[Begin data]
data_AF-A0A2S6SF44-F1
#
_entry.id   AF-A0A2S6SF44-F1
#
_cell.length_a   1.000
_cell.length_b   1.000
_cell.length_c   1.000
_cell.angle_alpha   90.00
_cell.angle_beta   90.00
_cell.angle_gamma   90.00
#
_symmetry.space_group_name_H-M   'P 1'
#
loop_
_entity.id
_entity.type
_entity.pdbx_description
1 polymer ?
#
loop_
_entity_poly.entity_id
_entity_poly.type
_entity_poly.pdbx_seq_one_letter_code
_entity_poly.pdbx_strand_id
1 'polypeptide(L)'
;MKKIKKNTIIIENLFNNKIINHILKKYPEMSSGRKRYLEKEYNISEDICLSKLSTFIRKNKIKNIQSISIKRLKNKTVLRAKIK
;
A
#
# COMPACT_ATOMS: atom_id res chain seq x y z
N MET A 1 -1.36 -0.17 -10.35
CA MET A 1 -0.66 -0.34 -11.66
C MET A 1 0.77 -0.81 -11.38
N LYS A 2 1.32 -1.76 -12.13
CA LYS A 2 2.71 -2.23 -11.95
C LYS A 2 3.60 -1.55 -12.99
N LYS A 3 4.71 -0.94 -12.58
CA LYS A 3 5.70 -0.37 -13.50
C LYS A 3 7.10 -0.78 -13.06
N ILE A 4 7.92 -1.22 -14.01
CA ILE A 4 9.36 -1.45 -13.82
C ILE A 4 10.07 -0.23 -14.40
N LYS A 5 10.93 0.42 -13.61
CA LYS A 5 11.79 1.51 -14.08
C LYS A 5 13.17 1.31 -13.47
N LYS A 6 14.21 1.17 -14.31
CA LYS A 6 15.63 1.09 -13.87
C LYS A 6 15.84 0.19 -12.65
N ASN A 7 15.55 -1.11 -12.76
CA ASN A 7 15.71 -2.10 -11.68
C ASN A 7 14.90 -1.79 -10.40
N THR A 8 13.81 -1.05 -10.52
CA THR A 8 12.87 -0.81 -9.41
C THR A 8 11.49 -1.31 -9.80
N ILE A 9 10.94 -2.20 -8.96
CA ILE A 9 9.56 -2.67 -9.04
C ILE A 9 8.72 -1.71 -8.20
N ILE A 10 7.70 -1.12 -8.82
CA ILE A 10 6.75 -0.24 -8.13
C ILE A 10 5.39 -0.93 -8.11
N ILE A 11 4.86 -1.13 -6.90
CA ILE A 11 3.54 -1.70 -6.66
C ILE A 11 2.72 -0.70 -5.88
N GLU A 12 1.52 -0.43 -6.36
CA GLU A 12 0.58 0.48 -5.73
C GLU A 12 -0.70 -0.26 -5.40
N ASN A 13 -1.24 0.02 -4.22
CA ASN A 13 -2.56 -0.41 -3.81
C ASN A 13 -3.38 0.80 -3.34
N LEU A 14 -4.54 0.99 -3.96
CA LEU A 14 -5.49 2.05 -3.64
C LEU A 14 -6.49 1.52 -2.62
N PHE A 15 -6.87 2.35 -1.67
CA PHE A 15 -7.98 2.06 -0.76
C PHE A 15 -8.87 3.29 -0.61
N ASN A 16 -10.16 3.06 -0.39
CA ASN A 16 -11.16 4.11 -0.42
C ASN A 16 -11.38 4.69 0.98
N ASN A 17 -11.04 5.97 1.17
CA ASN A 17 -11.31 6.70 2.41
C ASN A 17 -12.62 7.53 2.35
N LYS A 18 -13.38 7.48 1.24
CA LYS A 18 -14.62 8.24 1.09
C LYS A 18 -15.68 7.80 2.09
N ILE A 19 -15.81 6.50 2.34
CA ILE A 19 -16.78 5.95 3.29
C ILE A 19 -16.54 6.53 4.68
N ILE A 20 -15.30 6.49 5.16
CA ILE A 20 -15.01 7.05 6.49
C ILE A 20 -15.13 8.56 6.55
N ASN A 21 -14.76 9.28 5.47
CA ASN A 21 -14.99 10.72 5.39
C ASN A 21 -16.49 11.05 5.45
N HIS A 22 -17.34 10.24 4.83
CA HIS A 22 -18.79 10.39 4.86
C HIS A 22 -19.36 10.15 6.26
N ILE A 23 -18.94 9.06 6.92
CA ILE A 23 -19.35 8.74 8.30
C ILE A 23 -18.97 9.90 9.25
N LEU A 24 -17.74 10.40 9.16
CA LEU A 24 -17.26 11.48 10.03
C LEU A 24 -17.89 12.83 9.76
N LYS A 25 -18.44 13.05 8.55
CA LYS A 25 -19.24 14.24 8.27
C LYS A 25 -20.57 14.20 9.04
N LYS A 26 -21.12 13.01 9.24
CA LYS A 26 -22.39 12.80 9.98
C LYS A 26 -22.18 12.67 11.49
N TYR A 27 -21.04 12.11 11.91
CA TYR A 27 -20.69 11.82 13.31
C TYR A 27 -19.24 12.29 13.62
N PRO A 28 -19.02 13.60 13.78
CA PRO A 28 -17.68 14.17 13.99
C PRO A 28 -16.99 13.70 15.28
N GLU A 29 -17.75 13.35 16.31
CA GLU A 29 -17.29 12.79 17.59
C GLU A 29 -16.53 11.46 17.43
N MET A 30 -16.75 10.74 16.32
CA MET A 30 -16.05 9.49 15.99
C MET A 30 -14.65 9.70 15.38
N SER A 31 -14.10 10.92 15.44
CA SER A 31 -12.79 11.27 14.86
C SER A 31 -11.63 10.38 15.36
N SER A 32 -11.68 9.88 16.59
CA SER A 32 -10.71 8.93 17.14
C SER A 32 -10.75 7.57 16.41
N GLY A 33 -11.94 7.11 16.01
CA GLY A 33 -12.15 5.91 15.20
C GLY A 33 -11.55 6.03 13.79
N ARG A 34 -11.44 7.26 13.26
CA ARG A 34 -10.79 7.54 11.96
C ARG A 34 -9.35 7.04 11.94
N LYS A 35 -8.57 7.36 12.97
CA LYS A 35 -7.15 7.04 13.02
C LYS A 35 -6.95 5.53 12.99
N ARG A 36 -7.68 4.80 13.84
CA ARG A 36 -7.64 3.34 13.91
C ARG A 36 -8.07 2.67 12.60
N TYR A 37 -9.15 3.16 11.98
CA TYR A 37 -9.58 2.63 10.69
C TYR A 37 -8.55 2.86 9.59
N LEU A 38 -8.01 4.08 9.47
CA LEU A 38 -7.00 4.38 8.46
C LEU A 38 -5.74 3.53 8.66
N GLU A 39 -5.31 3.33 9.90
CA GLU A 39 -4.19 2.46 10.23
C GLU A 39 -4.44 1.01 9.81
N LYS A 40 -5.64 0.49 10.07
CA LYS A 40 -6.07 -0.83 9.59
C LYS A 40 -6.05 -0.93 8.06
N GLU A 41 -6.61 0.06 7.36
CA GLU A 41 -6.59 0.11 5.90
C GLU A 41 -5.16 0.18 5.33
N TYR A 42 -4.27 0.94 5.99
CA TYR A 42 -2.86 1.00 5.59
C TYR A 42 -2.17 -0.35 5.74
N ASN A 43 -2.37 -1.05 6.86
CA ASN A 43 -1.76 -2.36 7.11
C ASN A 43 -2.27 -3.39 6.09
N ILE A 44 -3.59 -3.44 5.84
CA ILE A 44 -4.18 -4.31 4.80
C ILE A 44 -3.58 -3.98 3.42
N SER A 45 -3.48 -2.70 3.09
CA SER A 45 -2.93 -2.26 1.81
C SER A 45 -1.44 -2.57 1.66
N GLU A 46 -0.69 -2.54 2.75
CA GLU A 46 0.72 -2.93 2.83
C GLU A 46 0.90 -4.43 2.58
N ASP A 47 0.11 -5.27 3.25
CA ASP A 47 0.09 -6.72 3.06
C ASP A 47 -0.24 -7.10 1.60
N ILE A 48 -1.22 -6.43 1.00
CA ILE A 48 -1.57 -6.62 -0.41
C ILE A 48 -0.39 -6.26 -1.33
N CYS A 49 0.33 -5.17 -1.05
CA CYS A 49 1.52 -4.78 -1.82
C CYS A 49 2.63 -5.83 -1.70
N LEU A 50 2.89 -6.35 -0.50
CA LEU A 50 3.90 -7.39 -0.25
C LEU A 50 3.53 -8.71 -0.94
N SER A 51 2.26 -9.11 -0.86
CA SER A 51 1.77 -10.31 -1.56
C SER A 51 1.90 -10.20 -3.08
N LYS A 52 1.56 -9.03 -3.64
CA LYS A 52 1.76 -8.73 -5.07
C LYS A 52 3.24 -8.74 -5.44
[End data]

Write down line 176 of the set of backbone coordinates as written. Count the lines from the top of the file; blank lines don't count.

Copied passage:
CA CYS A 49 1.52 -4.78 -1.82